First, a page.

Computers, Privacy & the Constitution

Teaching Privacy in Primary Schools

-- By TalBenMoshe - 08 Mar 2020


As modern-day law students, we are faced with a choice when we enter law school: Lexis or Westlaw? Lexis hooks many students through gamification, a technique designed to tap into brain chemistry to make services addictive . This is one example which causes lock-in. In this narrow context, this practice may seem like a run of the mill commercial marketing strategy to ensure future customers.

However, lock-in is being used on a national scale in our public-school systems through “Googlification” of the classroom. Recently, New Mexico’s AG filed suit against Google alleging the company was tracking and monitoring school children without their consent. Of course, that would be alarming enough if true, but even if not true; even if Google was simply providing their apps and services for free and digitally shredding all of the data and metadata produced – New Mexico’s main contention is burying the lede.

Half of the children in the US’s public schools are being indoctrinated into a centralized ecosystem run by an advertising company. This will essentially lock them into services that collects their data before they understand the consequence or tradeoffs. This reveals only one major gap in our educational system that needs to be addressed.

Like lock-in, there are various other harms we are expose children to with no accompanying educational mechanism. Similar to how sexual education is taught in public schools, society has a vested interest in having a population that is informed about data centralization, social platform usage, and targeted misinformation. Our schools need to face this challenge head on in order to effectively teach in the 21st century.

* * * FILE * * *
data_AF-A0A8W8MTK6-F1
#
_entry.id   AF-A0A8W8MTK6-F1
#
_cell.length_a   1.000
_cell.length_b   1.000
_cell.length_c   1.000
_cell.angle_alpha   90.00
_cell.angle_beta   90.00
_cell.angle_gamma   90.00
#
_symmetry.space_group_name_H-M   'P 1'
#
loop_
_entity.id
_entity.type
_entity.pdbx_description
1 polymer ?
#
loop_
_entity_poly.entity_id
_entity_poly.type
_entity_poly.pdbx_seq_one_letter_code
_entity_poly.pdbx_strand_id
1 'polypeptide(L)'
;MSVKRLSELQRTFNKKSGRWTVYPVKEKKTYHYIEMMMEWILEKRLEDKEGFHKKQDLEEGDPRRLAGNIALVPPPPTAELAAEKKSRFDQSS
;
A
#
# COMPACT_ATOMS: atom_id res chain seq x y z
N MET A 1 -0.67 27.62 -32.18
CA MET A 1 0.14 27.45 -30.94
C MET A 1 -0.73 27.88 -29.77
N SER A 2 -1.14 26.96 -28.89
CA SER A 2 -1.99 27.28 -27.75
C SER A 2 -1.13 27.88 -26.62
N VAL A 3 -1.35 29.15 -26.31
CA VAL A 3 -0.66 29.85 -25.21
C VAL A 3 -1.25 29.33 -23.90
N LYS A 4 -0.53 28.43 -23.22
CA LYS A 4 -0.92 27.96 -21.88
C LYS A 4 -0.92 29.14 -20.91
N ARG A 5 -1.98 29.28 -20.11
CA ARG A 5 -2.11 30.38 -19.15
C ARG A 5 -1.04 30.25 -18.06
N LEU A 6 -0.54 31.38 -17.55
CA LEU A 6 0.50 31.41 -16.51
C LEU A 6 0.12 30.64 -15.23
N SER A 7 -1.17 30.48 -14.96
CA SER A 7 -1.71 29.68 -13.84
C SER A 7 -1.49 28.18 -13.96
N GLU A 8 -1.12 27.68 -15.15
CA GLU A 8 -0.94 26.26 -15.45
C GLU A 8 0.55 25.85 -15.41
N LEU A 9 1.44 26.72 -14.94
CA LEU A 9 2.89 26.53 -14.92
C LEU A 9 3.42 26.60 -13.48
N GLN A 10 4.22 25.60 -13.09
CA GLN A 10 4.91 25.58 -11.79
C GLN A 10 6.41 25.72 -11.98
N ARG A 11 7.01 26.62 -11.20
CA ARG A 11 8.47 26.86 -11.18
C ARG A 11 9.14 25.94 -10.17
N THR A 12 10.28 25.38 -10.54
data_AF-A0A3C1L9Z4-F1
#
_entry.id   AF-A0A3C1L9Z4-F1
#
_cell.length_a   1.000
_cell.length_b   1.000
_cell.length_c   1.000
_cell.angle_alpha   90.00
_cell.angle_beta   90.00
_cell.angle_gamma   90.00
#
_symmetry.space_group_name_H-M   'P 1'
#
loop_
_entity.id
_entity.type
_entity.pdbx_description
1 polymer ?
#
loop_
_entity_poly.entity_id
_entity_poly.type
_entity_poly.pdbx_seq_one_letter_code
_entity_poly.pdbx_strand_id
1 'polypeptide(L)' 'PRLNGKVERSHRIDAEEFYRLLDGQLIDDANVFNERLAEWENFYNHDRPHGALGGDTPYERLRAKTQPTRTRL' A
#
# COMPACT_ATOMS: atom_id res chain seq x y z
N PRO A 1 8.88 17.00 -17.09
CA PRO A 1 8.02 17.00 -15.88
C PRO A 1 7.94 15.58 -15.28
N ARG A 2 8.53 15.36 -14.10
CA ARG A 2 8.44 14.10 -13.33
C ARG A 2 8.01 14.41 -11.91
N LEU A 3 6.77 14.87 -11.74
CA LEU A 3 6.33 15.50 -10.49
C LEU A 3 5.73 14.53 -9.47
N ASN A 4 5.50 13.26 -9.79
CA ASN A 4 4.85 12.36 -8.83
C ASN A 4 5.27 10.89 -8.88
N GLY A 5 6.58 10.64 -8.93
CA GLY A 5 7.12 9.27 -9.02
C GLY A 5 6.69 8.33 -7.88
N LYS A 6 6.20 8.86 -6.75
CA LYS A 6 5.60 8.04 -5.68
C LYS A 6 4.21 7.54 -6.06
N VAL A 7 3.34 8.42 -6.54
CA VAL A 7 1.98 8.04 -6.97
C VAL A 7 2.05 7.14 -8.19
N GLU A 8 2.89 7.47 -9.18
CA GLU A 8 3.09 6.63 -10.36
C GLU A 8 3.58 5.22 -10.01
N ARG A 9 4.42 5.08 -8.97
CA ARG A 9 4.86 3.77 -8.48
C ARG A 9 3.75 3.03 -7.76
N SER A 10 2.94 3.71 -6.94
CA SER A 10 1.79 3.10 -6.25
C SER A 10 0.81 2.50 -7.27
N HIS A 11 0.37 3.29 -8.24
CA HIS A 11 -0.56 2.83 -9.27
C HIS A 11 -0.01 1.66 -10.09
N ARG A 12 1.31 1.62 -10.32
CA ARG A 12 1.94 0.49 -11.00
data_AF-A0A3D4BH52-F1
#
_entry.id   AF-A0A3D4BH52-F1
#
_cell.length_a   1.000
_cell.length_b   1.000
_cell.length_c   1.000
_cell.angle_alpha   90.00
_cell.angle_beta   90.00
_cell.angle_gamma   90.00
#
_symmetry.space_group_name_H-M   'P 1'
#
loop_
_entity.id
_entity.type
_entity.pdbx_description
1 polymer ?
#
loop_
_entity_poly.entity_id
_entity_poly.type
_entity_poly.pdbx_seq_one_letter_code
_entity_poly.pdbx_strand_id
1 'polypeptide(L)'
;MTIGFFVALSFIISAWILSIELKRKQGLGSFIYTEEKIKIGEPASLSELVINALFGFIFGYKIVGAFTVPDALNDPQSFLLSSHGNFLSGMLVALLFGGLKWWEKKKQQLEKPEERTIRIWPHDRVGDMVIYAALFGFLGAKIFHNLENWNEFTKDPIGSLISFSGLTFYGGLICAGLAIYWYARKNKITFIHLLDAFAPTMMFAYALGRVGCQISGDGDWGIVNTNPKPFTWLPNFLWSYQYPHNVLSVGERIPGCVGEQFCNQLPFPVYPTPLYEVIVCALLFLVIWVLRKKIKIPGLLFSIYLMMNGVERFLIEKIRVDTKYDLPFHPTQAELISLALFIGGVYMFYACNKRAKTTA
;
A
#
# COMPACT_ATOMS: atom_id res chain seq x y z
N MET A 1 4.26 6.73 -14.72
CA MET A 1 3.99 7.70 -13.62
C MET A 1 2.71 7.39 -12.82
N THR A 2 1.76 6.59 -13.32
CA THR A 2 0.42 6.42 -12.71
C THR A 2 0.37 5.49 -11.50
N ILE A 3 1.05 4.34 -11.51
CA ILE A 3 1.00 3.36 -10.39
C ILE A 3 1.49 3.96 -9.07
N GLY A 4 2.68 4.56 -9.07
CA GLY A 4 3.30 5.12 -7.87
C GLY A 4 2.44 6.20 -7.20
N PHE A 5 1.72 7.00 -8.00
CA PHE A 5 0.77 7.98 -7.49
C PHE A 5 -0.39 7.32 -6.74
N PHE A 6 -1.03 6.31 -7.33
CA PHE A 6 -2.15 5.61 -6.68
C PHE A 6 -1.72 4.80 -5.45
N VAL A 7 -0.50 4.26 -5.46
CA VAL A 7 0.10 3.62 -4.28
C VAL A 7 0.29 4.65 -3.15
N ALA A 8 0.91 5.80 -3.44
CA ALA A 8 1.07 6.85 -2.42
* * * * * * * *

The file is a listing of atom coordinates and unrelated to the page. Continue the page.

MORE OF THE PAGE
The Societal Interest

Sexual education does not have a great track record in our public-school system, but that does not mean it cannot be done right. Further, much of the inadequacy regarding US sexual education is fraught with religious controversies – this is not the case for technology. Regardless, society benefits from teaching children about building relationships, obtaining consent, and fostering a safe sexual environment. But while we should be teaching children about the positive effects of sexual interactions, we also should be teaching them about sexual violence and STDs.

Similarly, democratic societies benefit from teaching children how to use the internet safely, how to gather research on the internet, and foster online communities. But we should also be teaching children about the dangers of the internet. Specifically, in terms of privacy and data which can be used to manipulate and cause fabricated internal societal strife. And in order to do so, we must do this in a practical and interactive way.

How Educators Can Educate


While lock-in assuredly makes it easier for data brokers to build more effective social graphs, brokers continually engage in the aggregation of social and demographic data between commercial providers. Today, save for complete decentralization, educators cannot eliminate the harm to their student’s privacy. Thus, the discussion below will focus on harm reduction rather than elimination.

Platformization and Data Centralization